The permanent secretary of the Finance Ministry, Alfred Camilleri, spoke of his lack of support for the €360 million government guarantee given to Electrogas, and distanced himself from people and decisions embroiled in corruption allegations linked to the deal.
Camilleri was testifying before the public inquiry board on Friday, which is investigating whether the assassination of journalist Daphne Caruana Galizia could have been prevented.
Camilleri told the board he had been concerned about giving the bank guarantee to both a private company and a project which was not under the government’s control.
He attempted to distance his ministry from responsibility, explaining that decisions for project funding are approved by the whole cabinet. He added that due diligence is carried out by the ministry that “facilitates” the projects.
“These risks had always worried me,” he said, in one of the many instances throughout the sitting where he expressed his concerns about the guarantee. He said Finance Minister Edward Scicluna shared these sentiments.
Camilleri added that his advice was not always taken, and that speaking one’s mind was not encouraged. He said he could not wait until the bank guarantee was lifted off.
The guarantee was lifted in December 2017 after the consortium signed a security of supply agreement with the government, following which international banks extended the loan to Electrogas.
Despite having serious concerns, Camilleri defended the guarantee from a legal point of view, arguing that it was legal and issued to all bidders, rather than just to the selected bidder.
Camilleri also justified his actions by noting that, according to his research, all major projects were mired in controversy over corruption and lack of transparency. Camilleri has been a permanent secretary at the ministry since 2006, and sits on the Public Accounts Committee.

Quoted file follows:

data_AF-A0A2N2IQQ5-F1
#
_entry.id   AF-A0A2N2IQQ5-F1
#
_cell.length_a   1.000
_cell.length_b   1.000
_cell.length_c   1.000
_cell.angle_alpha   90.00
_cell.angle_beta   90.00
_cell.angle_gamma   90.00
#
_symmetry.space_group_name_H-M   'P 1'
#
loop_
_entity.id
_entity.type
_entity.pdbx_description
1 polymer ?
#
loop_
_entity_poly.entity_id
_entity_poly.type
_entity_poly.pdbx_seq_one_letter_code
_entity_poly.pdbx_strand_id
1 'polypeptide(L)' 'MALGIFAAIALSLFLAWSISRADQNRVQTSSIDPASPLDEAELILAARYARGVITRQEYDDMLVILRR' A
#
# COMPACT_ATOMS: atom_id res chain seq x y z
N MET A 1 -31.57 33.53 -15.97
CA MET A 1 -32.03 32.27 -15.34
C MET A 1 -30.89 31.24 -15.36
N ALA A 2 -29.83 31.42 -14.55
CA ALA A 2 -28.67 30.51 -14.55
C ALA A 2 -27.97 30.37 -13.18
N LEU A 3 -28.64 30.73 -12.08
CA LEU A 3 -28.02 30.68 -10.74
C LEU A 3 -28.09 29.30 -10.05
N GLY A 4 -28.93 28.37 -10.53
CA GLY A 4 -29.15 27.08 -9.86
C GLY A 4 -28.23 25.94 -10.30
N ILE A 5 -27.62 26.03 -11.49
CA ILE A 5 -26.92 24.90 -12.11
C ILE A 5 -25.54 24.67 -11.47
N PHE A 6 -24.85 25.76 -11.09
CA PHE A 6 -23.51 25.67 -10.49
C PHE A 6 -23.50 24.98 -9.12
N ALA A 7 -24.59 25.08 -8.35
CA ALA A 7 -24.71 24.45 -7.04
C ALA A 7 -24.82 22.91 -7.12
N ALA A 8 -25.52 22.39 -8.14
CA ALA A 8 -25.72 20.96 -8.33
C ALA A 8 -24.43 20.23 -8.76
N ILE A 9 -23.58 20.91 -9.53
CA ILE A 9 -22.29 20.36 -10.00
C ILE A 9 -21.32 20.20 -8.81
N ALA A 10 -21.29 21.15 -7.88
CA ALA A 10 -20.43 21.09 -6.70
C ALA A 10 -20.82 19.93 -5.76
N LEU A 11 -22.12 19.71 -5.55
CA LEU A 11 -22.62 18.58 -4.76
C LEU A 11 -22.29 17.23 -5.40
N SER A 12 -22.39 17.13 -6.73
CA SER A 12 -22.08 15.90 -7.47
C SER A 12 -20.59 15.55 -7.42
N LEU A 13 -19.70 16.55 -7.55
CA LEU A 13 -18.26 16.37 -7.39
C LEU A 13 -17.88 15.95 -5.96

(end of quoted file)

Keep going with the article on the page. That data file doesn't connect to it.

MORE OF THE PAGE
Camilleri distanced himself from other instances tied to allegations of wrongdoing.
In a previous hearing of the public inquiry, Scicluna had spoken about the existence of a ‘kitchen Cabinet’ within the government — a term which refers to influential unofficial advisers to someone holding office — whom he “felt let down by”. This cabinet included former Chief of Staff Keith Schembri, who has been implicated in the assassination, and other consultants, including individuals from top legal firms who were involved in the Electrogas deal.
The permanent secretary pled ignorance on this point. “Don’t ask me about kitchen cabinets,” he said, “because I wouldn’t know.”
Asked by Caruana Galizia family lawyer Jason Azzopardi about a meeting Scicluna had in August 2017 with disgraced former Minister Konrad Mizzi, who at that time was no longer responsible for the project, Camilleri again said he did not know why the two met, claiming, “It was a political decision.”
The board, led by Judge Emeritus Michael Mallia, said they had requested documents on the bank guarantee and loan repayment, but the versions they received were heavily redacted, and not the original.
Mallia commented that the board should be provided with the original. “We cannot read anything,” he said, referring to the redactions.
Matthew Caruana Galizia notes timing of agreement in relation to his mother’s murder
Camilleri had sent out an email to his secretary to schedule a meeting for a “serious and urgent matter” on 4 September 2017, just weeks before the journalist’s assassination on 16 October.
The email was also mentioned by Azzopardi in his questions to Camilleri.
Displaying that email in a post on Facebook, Matthew Caruana Galizia, a pulitzer prize winning journalist, said that on 4 September, BOV had notified the government that Electrogas was bankrupt.
“It’s already burned through €600,000,000 and is not even running,” he wrote.
He went on to hypothesize that, had his mother published the Electrogas leak that they were working on, revealing the fact that 17 Black was owned by Electrogas director (and alleged murder mastermind) Yorgen Fenech, and that it had “promised a bribe to Mizzi”, then Electrogas “would have failed the compliance test by the banks”.
Caruana Galizia suggested that the company would have gone into liquidation, and the default on the €600 million loans would have triggered a collapse in the government’s credit rating, because the government was liable for these debts under the guarantee it had issued.
“The government would have been unable to pay off the skyrocketing interest on its other loans, and the government of Malta would have been in default, reduced to Argentinian status, and without a power station,” he wrote.
“What greater motive would the people involved have needed to commit murder?”